The system, and/or other apps, will send out broadcasts/notifications from time to time for everything relevant e.g. for the battery is getting low, the screen turns off OR connectivity changes from WiFi to mobile data etc. A broadcast receiver in your application will be able to listen for these broadcasts/notifications and respond accordingly the way you want.
Key Terms Used in Android Development
In Android terms, a widget is the “micro” unit of user interface. Fields, buttons, labels, lists, and so on are all widgets. Your activity’s UI, therefore, is made up of one or more of these widgets. You can think of all text boxes, drop downs and other HTML UI elements in normal webpage. In Android, they are called widgets. Easy to remember.
b) Containers/ Layout Managers
If you have more than one widget — which is fairly typical — you will need to tell Android how those widgets are organized on the screen. To do this, you will use various container classes referred to as ‘layout managers’. These will let you put things in rows, columns, or more complex arrangements as needed. To describe how the containers and widgets are connected, you will typically create a layout resource file and put in project’s resource folder from where android pick it up directly and render the whole UI for you automatically.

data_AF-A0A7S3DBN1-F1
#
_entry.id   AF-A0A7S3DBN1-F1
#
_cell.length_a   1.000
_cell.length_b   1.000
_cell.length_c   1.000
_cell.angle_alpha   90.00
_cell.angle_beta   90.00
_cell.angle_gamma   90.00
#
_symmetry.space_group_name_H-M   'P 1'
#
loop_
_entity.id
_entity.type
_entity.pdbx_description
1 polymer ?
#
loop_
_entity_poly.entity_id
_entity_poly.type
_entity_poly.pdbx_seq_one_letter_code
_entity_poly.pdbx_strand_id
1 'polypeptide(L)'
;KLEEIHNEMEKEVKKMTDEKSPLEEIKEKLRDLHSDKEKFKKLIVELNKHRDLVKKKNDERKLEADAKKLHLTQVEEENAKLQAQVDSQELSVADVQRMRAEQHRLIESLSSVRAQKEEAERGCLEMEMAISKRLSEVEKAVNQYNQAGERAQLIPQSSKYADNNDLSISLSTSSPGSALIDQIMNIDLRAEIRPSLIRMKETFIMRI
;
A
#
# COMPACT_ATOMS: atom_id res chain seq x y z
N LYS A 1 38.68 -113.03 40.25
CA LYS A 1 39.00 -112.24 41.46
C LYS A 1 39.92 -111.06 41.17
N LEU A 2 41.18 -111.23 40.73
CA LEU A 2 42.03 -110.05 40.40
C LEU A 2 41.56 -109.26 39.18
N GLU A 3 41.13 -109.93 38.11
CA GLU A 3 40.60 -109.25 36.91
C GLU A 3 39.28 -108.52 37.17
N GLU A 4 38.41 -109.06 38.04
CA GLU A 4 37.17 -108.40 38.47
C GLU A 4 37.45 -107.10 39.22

In more familiar terms, they are equivalent to DIVs, SPANs or Table tags in HTML.
Resources in android refer to things like images, strings, and other similar things that your application uses on runtime. In android programming, you will be creating lot’s of such resource files for providing data on runtime of application; more like properties files in normal java applications.